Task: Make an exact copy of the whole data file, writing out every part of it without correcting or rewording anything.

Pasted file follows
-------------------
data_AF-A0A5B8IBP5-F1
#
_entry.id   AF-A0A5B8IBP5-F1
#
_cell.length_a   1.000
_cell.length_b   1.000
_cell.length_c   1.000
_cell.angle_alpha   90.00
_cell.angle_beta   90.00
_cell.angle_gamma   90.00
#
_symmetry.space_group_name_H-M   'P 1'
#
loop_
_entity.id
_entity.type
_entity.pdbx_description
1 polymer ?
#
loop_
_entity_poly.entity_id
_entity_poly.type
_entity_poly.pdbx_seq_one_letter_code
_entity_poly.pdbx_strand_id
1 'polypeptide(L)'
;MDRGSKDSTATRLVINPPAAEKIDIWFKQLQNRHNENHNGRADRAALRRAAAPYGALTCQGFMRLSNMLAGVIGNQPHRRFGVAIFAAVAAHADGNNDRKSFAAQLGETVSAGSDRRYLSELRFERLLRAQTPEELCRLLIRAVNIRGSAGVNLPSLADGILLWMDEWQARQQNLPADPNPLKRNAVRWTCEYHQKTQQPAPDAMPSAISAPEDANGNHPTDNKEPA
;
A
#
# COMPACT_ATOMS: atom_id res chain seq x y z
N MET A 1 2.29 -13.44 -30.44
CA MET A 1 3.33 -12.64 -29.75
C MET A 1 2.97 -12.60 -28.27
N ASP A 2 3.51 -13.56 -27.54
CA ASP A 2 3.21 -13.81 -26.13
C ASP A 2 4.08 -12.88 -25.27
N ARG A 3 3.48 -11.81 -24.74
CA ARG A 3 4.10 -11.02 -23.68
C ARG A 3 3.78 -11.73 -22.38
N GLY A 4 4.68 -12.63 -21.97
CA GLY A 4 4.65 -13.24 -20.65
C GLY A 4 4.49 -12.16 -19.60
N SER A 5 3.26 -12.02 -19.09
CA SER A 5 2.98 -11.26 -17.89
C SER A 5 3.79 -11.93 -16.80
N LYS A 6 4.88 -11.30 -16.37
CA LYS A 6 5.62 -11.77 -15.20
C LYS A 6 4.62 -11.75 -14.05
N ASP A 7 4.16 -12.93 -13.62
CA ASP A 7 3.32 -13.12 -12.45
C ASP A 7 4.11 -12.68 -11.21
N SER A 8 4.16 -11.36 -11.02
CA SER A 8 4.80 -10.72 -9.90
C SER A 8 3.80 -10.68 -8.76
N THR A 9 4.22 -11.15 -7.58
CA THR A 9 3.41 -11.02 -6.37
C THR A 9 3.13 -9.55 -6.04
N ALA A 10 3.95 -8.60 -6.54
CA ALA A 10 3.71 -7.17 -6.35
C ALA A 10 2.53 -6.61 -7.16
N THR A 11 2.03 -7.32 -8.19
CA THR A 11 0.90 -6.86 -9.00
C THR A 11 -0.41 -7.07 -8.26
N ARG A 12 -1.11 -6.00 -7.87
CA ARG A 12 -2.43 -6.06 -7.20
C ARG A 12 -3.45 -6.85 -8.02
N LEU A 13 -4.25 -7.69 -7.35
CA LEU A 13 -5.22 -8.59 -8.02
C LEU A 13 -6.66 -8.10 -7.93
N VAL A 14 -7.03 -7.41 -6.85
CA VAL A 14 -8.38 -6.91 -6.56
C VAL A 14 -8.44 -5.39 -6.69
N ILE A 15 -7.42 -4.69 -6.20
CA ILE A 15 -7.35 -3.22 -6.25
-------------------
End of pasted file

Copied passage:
data_AF-A0A5B8IBP5-F1
#
_entry.id   AF-A0A5B8IBP5-F1
#
_cell.length_a   1.000
_cell.length_b   1.000
_cell.length_c   1.000
_cell.angle_alpha   90.00
_cell.angle_beta   90.00
_cell.angle_gamma   90.00
#
_symmetry.space_group_name_H-M   'P 1'
#
loop_
_entity.id
_entity.type
_entity.pdbx_description
1 polymer ?
#
loop_
_entity_poly.entity_id
_entity_poly.type
_entity_poly.pdbx_seq_one_letter_code
_entity_poly.pdbx_strand_id
1 'polypeptide(L)'
;MDRGSKDSTATRLVINPPAAEKIDIWFKQLQNRHNENHNGRADRAALRRAAAPYGALTCQGFMRLSNMLAGVIGNQPHRRFGVAIFAAVAAHADGNNDRKSFAAQLGETVSAGSDRRYLSELRFERLLRAQTPEELCRLLIRAVNIRGSAGVNLPSLADGILLWMDEWQARQQNLPADPNPLKRNAVRWTCEYHQKTQQPAPDAMPSAISAPEDANGNHPTDNKEPA
;
A
#
# COMPACT_ATOMS: atom_id res chain seq x y z
N MET A 1 2.29 -13.44 -30.44
CA MET A 1 3.33 -12.64 -29.75
C MET A 1 2.97 -12.60 -28.27
N ASP A 2 3.51 -13.56 -27.54
CA ASP A 2 3.21 -13.81 -26.13
C ASP A 2 4.08 -12.88 -25.27
N ARG A 3 3.48 -11.81 -24.74
CA ARG A 3 4.10 -11.02 -23.68
C ARG A 3 3.78 -11.73 -22.38
N GLY A 4 4.68 -12.63 -21.97
CA GLY A 4 4.65 -13.24 -20.65
C GLY A 4 4.49 -12.16 -19.60
N SER A 5 3.26 -12.02 -19.09
CA SER A 5 2.98 -11.26 -17.89
C SER A 5 3.79 -11.93 -16.80
N LYS A 6 4.88 -11.30 -16.37
CA LYS A 6 5.62 -11.77 -15.20
C LYS A 6 4.62 -11.75 -14.05
N ASP A 7 4.16 -12.93 -13.62
CA ASP A 7 3.32 -13.12 -12.45
C ASP A 7 4.11 -12.68 -11.21
N SER A 8 4.16 -11.36 -11.02
CA SER A 8 4.80 -10.72 -9.90
C SER A 8 3.80 -10.68 -8.76
N THR A 9 4.22 -11.15 -7.58
CA THR A 9 3.41 -11.02 -6.37
C THR A 9 3.13 -9.55 -6.04
N ALA A 10 3.95 -8.60 -6.54
CA ALA A 10 3.71 -7.17 -6.35
C ALA A 10 2.53 -6.61 -7.16
N THR A 11 2.03 -7.32 -8.19
CA THR A 11 0.90 -6.86 -9.00
C THR A 11 -0.41 -7.07 -8.26
N ARG A 12 -1.11 -6.00 -7.87
CA ARG A 12 -2.43 -6.06 -7.20
C ARG A 12 -3.45 -6.85 -8.02
N LEU A 13 -4.25 -7.69 -7.35
CA LEU A 13 -5.22 -8.59 -8.02
C LEU A 13 -6.66 -8.10 -7.93
N VAL A 14 -7.03 -7.41 -6.85
CA VAL A 14 -8.38 -6.91 -6.56
C VAL A 14 -8.44 -5.39 -6.69
N ILE A 15 -7.42 -4.69 -6.20
CA ILE A 15 -7.35 -3.22 -6.25